I decided to take advantage of this and visited the Renwick Gallery last weekend. Located across the street from the most iconic house in Washington, sits a newly renovated gallery with a very long line of museum goers eagerly waiting to see the newest exhibit, WONDER. I found myself amazed that so many people were waiting in the freezing cold weather to appreciate art. 

Nine contemporary artists took over the different galleries in the building and used common objects such as marbles, wood, and index cards to create their artwork. I found myself as consumed in the galleries as I was the first time I visited the Musée d'Orsay in Paris, which is saying something. 

Please note that the second-floor galleries will be open until May 8, 2016 and the first-floor galleries will close on July 10, 2016. 

The Nation's Garden

Right next door to the Capitol lies the US Botanic Garden. I'm not normally a garden kind of guy: one of the best things of moving from the suburbs to the city was not having to weed anymore. However, the Botanic Garden is a great place to go if you need a good dose of nature. It's also a good place to go in the winter if you need to feel like you're in the tropics, with lots of palm trees and spectacular flowers like the orchids I took pictures of. 

Coffee and Cupcakes

While some think of the abundance of shops, restaurants and tourists when they hear “Georgetown,” I think of my little apartment on a quaint side street. I’ve called the neighborhood home for a little over a year now and no, walking on the cobblestone streets and passing the colorful row homes on my way home does not get old. One of the best parts of living here is discovering the little neighborhood spots.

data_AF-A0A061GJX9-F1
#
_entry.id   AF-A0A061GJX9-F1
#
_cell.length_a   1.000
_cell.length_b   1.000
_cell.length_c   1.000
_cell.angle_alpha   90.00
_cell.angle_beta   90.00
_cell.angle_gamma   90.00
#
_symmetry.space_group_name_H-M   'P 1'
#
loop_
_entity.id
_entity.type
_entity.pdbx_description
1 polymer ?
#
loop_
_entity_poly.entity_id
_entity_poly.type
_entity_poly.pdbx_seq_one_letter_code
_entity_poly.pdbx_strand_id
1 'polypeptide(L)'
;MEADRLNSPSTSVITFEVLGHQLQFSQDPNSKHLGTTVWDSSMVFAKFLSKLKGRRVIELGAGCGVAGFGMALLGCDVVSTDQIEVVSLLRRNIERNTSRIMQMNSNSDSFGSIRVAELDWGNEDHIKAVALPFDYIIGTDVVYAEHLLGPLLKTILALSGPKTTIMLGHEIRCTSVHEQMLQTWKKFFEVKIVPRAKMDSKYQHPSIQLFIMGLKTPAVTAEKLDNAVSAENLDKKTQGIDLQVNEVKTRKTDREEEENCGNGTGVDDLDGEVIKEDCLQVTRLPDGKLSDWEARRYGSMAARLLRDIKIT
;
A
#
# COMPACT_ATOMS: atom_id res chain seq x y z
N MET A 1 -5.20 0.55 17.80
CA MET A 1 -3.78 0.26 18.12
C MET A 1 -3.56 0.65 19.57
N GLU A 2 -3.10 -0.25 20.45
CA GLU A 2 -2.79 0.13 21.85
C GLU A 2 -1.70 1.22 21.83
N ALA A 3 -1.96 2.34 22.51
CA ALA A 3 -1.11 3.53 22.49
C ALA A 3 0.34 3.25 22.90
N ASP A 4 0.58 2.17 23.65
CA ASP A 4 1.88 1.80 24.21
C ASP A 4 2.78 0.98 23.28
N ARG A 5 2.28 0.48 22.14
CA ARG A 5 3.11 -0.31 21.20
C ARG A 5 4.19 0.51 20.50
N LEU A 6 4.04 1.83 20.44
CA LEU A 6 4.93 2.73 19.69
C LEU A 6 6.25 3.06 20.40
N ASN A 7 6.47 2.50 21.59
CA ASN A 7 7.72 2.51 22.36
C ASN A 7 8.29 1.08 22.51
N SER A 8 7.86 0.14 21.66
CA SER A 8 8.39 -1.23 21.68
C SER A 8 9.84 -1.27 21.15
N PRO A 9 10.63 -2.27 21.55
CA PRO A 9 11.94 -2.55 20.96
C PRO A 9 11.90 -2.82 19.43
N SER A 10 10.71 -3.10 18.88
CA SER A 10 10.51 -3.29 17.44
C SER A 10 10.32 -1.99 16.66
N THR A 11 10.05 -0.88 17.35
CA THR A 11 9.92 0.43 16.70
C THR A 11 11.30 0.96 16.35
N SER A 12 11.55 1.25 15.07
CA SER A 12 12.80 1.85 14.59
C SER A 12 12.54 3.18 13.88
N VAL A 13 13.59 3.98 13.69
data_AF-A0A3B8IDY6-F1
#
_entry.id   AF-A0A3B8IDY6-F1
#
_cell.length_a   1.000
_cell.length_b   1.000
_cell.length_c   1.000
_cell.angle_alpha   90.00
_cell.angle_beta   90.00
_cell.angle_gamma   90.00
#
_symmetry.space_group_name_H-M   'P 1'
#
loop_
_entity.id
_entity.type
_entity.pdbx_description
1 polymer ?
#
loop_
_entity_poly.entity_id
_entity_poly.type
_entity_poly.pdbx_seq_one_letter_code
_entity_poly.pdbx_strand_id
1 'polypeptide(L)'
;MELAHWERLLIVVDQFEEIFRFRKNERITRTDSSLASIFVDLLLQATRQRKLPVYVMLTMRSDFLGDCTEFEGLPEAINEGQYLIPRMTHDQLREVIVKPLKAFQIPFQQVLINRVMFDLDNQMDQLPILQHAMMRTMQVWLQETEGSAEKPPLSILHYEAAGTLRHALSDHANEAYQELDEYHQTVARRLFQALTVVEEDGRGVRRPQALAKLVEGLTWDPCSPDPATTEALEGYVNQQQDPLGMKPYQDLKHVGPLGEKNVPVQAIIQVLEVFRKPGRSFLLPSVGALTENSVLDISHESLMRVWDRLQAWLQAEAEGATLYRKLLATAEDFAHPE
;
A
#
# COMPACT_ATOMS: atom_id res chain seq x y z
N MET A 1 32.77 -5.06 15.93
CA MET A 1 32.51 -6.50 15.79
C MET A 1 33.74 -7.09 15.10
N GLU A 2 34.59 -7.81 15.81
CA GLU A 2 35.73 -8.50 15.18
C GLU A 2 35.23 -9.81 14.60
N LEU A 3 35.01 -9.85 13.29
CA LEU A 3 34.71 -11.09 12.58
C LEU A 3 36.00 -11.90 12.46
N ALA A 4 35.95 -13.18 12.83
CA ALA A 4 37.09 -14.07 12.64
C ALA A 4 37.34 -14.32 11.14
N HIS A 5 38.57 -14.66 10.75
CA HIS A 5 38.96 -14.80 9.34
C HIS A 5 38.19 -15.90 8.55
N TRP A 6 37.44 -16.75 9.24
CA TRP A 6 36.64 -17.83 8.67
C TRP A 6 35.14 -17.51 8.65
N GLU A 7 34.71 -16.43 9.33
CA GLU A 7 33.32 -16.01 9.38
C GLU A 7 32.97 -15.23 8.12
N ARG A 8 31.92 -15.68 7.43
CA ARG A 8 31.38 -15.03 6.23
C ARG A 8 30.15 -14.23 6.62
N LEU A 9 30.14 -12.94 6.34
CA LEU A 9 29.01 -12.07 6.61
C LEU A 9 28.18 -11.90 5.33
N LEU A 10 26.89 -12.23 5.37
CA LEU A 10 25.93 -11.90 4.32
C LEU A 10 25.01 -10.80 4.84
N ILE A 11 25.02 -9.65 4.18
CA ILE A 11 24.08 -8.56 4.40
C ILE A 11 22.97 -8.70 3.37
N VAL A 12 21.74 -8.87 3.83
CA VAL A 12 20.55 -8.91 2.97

Baked & Wired on an afternoon is a little crazy, but in the morning, locals are stopping in after finishing a yoga class or are catching up with a friend. Anyone that knows me knows I’m a little obsessed with this place. On one side of the shop, you will find an assortment of cupcakes, treats and sometimes bread all of which is delicious. I however, usually frequent the coffee bar. The coffee is pretty much amazing and in the fall they have a chaider, which I encourage you to check out. It’s hot cider with chai… delicious. 

A Little Bit of Home in DC

I grew up in a small town in western Pennsylvania so moving to DC was a bit of a transition. When I first moved to the city, I thought it was basically a city filled with monuments, government buildings and a ridiculous amount of tourists. I’ve now been in the city for a little over two years and I can happily say that DC is so much more than that.  One of my favorite things is stumbling upon places that remind me of the friendly small town I grew up in. 

I’ve come to love Sunday mornings. One of my favorite things to do is walk to the Dupont Circle Farmers Market. The market takes over part of Dupont Circle and is filled with fresh pastries, beautiful flowers, delicious tacos from Chaia, and an abundance of produce. The market has a friendly community feeling and I enjoy visiting the same older gentleman each week for a dozen of eggs, and the same two guys for the best yogurt and mozzarella I’ve ever tasted. I also enjoy finding new produce like the mango peaches I found last week, which were delicious! 

The Dupont Circle Farmers Market is located outside of the Dupont Circle metro station. You can visit every Sunday from 8:30 am – 1:30 pm (April through December 2015). 


Fridays at the Park